President Bush and his advisers say they want to hand power in occupied Iraq back to the Iraqis as quickly as possible. That's an essential and great goal, and I don't doubt their sincerity. However, their current moves toward achieving it look fraught with serious problems - and this is in a part of the world considerably more central to global stability than Vietnam ever was.
I'll come back to the admittedly imperfect Vietnam analogy later. But first, what are the problems involved in the current move to "Iraqification?" They stem from the fact that a majority of Iraqis seem to actively distrust, or even oppose, the current American role in their country. A Zogby International poll conducted in August found that 50 percent of Iraqis said they thought the US would hurt Iraq over the next five years, while only 35 percent said they thought the US would help it. (Expectations about the UN and Saudi Arabia were much more favorable. Those about Iran were, interestingly, slightly less favorable than those about the US.)
Since August, the situation has gotten noticeably worse for the US in Iraq. A series of blunders committed by ill-prepared, overstretched US troops has heightened tensions between them and Iraqis in recent weeks. No turnaround is in sight.
So if Iraqification is carried out in a way that responds to the wishes of the Iraqis - as it ought to be - then the result would most likely be the creation of an authentically "Iraqi" administration that would be fairly, or even strongly, anti-American.
I agree with those in Washington who say that the overwhelming majority of Iraqis are quite delighted that Saddam Hussein's genocidal, tightly authoritarian regime has gone. But Washington can't base its strategy on an expectation of Iraqi gratitude. An expectation that gratitude might inform political views is always a weak reed on which to build a strategy. Further, the Iraqi people have many longstanding and very severe complaints about US policies toward their country, which also weigh heavily in their view of Washington. And perhaps most important, the way the US has run its occupation administration in Iraq since April has alienated increasing numbers of Iraqis.
Today's big concern about Iraqification is how the future democratic leadership is chosen.
The US-dominated Coalition Provisional Authority (CPA) has promised the UN that by mid- December it will produce a timetable for a constitutional convention and then for holding the first democratic election under the new Constitution. But the members of the CPA-created Interim Governing Council can't even agree on how delegates to the constitutional convention should be chosen, much less when. (Many of them might reasonably fear that in a democracy they themselves would lose power.)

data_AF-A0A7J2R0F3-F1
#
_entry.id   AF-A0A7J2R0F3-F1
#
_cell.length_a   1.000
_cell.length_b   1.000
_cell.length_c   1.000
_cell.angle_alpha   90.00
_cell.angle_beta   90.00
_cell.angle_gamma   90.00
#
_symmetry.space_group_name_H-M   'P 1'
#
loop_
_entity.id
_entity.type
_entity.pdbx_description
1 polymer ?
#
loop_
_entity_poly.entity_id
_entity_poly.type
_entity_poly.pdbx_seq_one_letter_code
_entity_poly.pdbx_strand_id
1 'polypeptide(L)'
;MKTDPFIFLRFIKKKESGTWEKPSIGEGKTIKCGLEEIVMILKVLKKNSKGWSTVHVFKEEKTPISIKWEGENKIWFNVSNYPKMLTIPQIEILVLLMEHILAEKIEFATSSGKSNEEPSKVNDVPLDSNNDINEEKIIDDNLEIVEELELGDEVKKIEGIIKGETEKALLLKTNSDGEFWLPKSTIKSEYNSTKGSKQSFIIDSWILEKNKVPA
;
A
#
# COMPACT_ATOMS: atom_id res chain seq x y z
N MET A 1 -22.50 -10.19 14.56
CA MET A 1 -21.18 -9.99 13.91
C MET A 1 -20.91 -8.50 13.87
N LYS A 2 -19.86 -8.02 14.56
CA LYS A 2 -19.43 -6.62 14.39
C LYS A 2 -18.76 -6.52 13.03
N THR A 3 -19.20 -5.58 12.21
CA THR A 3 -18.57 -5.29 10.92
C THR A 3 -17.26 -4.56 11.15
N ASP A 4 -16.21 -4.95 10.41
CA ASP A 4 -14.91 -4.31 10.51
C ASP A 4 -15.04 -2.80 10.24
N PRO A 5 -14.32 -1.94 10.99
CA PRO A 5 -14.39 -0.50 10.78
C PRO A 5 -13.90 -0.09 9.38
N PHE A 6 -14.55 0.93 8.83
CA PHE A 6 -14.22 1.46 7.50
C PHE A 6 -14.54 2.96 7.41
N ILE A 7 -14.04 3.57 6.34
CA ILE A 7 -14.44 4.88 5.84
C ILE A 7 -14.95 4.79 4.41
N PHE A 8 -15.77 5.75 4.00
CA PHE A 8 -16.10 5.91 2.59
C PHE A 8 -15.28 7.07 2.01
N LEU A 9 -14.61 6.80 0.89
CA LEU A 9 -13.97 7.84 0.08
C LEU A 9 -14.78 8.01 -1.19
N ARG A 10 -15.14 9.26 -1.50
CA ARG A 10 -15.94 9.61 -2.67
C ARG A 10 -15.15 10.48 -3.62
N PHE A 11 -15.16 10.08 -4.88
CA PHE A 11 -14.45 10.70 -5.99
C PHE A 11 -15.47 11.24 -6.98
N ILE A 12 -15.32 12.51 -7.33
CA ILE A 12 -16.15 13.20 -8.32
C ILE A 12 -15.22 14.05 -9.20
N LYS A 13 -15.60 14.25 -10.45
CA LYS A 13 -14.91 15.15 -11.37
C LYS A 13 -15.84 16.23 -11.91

These "process" issues are significant in any move toward real democratization.
In South Africa, it took four years of intense internal discussions to move from a decision to democratize, through the negotiation of an interim constitution, to the landmark first democratic election in 1994. In the process of those discussions, South Africans in a very real sense reinvented their country as a democratic, pluralistic nation. Such discussions shouldn't be rushed in Iraq simply because of external deadlines - or because Mr. Bush wants to start drawing down US forces in summer 2004.
What to do?
Iraqification needs to happen. It needs to happen soon - but also well. That's where the sad history of "Vietnamization," the similar policy adopted by President Richard Nixon in 1969-70, is relevant. Vietnamization, like Iraqification, was accompanied by a lot of rhetoric about "democratization. "But because it was rushed, politically driven, and pursued unilaterally by the US according to US timetables, Vietnamization was a dangerous fiasco for most of the people of Vietnam and helped usher in the period of abusive communist rule that followed. It "succeeded" only in that it helped Nixon win reelection in 1972.
In Iraq, the stakes are even higher than they were in Vietnam. That's why a botched "Iraqification" that is pursued nearly unilaterally by a rushed, politically driven US is in the interest of absolutely no one. But I truly don't think that a successful Iraqification can happen if Washington continues trying to do it under its own almost unilateral control.
For everyone's sake, the UN has to be invited to take over this vital process. The UN alone - not NATO, not the present US-led coalition - has the international legitimacy, and can command the international resources that are needed to get this job done.
• Helena Cobban is the author of five books on international issues.